First, he does not lack rest. He indicates this by saying, “He makes me lie down in green pastures; he leads me beside quiet waters, he restores my soul.”
In the small but very rewarding book, A Shepherd Looks at Psalm 23, author Phillip Keller, who was himself a shepherd, tells of the difficulty there is in getting a sheep to lie down. Sheep do not easily lie down, he says. In fact, “It is almost impossible for them to be made to lie down unless four requirements are met. Owing to their timidity they refuse to lie down unless they are free of all fear. Because of the social behavior within a flock sheep will not lie down unless they are free from friction with others of their kind. If tormented by flies or parasites, sheep will not lie down. … Lastly, sheep will not lie down as long as they feel in need of finding food. They must be free from hunger.” Freedom from fear, tension, aggravation, and hunger! These are the four necessities. And the important thing, as Keller points out, is that it is only the shepherd himself who can provide them.
This is an interesting picture. For when the psalm begins with the sheep at rest it begins with a picture of sheep who have found their shepherd to be a good shepherd, that is, one who is able to meet their physical needs and to provide them with release from anxiety. Moreover, it is interesting that it begins at this point. For the other advantages of the contented life—guidance, comfort, safety, provision, and a destiny—come only to one who has found the Lord adequate to his every need.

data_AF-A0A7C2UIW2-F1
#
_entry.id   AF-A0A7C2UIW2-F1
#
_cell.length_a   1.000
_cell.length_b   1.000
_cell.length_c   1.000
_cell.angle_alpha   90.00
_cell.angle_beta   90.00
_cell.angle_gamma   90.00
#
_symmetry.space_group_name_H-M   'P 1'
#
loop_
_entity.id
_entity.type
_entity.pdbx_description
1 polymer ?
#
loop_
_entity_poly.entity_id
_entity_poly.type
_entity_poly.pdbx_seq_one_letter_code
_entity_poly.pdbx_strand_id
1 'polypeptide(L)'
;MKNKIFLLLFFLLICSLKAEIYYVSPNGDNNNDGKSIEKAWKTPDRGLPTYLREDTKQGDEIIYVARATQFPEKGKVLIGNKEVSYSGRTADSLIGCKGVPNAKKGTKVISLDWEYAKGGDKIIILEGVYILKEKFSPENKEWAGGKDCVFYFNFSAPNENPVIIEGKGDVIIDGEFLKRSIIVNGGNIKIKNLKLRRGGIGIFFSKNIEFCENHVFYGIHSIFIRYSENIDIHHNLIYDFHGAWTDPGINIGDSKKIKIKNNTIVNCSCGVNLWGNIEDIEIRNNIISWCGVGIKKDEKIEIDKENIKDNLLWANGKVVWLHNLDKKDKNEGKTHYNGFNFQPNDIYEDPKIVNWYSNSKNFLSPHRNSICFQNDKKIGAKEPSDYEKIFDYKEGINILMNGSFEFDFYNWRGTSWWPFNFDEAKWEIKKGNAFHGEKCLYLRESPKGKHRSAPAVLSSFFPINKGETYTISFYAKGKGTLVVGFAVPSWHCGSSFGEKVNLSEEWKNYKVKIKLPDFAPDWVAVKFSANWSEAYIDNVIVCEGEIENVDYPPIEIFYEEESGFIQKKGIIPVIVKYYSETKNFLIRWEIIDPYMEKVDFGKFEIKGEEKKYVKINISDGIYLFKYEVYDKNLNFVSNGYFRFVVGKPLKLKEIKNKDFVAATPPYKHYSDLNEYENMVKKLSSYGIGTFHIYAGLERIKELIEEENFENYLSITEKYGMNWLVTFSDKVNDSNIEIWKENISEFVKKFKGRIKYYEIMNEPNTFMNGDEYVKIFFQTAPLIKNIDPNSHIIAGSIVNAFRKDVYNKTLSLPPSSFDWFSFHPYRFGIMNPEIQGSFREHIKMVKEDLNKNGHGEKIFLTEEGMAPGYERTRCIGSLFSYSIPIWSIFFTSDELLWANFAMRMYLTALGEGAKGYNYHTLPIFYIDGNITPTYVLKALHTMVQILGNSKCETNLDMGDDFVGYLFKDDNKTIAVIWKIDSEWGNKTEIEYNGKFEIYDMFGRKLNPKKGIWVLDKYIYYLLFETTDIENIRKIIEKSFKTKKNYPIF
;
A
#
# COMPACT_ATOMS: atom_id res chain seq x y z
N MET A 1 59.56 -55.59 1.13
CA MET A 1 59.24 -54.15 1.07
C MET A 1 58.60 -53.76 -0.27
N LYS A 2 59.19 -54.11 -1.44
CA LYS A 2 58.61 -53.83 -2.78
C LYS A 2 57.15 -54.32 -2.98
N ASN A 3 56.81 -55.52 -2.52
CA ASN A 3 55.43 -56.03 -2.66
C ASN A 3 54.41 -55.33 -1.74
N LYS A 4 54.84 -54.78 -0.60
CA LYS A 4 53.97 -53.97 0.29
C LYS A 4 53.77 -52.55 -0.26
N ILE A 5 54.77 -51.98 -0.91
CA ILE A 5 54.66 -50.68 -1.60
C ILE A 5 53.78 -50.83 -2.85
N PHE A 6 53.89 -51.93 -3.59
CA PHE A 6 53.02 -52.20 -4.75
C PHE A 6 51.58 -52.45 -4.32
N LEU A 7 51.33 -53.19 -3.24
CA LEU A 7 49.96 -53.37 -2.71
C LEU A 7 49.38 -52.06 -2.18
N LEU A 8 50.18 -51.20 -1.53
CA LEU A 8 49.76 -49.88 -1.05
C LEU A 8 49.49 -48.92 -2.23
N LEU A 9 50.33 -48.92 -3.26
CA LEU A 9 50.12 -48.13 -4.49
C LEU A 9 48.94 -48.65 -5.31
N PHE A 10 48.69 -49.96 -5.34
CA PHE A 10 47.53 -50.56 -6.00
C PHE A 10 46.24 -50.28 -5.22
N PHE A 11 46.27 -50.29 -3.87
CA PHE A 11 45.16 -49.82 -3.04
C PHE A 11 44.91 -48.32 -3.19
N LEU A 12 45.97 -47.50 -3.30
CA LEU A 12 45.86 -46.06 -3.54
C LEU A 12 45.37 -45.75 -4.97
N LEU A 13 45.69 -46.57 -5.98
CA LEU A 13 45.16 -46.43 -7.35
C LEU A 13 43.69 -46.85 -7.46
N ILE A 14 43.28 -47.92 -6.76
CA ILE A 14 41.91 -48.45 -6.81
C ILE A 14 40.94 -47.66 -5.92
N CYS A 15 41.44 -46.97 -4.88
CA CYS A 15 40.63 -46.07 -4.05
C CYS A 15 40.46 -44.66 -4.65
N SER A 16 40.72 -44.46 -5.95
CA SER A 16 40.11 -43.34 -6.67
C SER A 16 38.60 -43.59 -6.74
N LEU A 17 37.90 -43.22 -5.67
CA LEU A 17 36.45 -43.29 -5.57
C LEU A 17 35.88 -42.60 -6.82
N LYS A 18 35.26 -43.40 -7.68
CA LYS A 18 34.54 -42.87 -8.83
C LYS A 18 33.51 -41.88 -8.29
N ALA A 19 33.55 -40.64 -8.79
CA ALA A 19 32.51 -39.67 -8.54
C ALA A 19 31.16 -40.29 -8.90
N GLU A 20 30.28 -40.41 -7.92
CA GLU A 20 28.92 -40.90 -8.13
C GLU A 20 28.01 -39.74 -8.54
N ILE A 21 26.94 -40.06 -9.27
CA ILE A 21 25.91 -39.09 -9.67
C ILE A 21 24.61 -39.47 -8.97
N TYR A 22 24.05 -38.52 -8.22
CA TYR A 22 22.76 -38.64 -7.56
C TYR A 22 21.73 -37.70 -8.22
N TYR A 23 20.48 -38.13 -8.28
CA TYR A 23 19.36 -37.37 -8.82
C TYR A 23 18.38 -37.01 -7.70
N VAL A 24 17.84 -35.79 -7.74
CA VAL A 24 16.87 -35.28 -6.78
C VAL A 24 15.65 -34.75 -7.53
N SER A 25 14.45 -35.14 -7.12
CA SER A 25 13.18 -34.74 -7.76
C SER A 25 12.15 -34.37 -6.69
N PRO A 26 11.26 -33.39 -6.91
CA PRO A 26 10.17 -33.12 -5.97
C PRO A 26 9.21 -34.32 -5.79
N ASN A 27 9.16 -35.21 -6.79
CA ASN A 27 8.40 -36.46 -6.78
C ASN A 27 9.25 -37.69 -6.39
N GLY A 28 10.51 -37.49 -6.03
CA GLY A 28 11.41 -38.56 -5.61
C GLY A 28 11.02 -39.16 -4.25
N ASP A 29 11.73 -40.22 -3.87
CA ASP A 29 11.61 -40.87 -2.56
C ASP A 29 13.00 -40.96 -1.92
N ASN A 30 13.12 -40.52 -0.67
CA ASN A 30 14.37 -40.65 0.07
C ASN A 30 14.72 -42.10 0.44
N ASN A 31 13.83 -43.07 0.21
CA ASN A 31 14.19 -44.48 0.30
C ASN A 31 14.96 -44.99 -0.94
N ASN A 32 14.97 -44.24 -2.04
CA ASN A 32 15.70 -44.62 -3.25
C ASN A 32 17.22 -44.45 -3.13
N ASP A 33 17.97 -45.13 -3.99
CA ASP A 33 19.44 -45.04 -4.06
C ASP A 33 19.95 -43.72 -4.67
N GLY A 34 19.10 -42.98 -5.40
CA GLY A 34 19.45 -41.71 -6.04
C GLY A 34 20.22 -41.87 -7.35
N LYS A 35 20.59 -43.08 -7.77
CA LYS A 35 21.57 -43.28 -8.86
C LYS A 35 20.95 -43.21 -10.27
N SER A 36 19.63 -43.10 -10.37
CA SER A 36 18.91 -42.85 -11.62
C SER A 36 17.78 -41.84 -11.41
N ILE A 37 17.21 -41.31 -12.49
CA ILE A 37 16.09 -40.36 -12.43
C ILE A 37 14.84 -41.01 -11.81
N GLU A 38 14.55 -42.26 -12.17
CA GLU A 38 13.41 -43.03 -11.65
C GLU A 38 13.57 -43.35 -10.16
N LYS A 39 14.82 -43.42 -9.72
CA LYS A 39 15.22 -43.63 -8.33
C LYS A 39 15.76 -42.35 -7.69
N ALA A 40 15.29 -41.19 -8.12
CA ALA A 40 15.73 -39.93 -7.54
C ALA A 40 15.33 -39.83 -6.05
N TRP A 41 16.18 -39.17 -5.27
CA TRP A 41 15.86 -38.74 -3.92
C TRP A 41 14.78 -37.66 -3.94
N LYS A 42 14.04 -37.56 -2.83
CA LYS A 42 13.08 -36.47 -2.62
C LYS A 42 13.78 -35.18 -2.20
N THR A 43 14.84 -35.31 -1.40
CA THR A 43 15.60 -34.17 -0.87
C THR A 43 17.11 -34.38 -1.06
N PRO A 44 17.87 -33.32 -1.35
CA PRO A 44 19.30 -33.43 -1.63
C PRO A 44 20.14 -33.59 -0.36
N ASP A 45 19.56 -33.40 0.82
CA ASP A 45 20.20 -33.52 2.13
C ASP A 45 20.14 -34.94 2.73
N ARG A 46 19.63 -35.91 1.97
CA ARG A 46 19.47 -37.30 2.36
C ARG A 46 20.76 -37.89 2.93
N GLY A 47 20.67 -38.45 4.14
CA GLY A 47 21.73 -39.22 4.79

Second, the psalmist tells us that he does not lack guidance. For “he leads me beside quiet waters” and “he guides me in paths of righteousness for his name’s sake.”
Sheep are stupid creatures. In fact, they are probably the most stupid animals on earth. One aspect of their stupidity is seen in the fact that they so easily wander away. They can have a good shepherd who has brought them to the best grazing lands, near an abundant supply of water—still they will wander away over a hill to where the fields are barren and the water undrinkable. Or again, they are creatures of habit. They can have found good grazing land due to the diligence of the shepherd; but then having found it, they will continue to graze upon it until every blade of grass and even every root is eaten, the fields ruined, and themselves impoverished. This has actually happened to sheep and the land they graze on in many parts of the world—Spain, Greece, Mesopotamia, North Africa, parts of the western United States, and New Zealand.
No other class of livestock requires more careful handling and more detailed directions than do sheep. Therefore, a shepherd who is able to give good guidance is essential for their welfare. He will move the sheep from field to field (before deterioration sets in) and will always stay near water. He will chase strays. He will plan the grazing to fit the seasons of the year. In the same way, we too need the Good Shepherd. We do not lack guidance if we will but have it.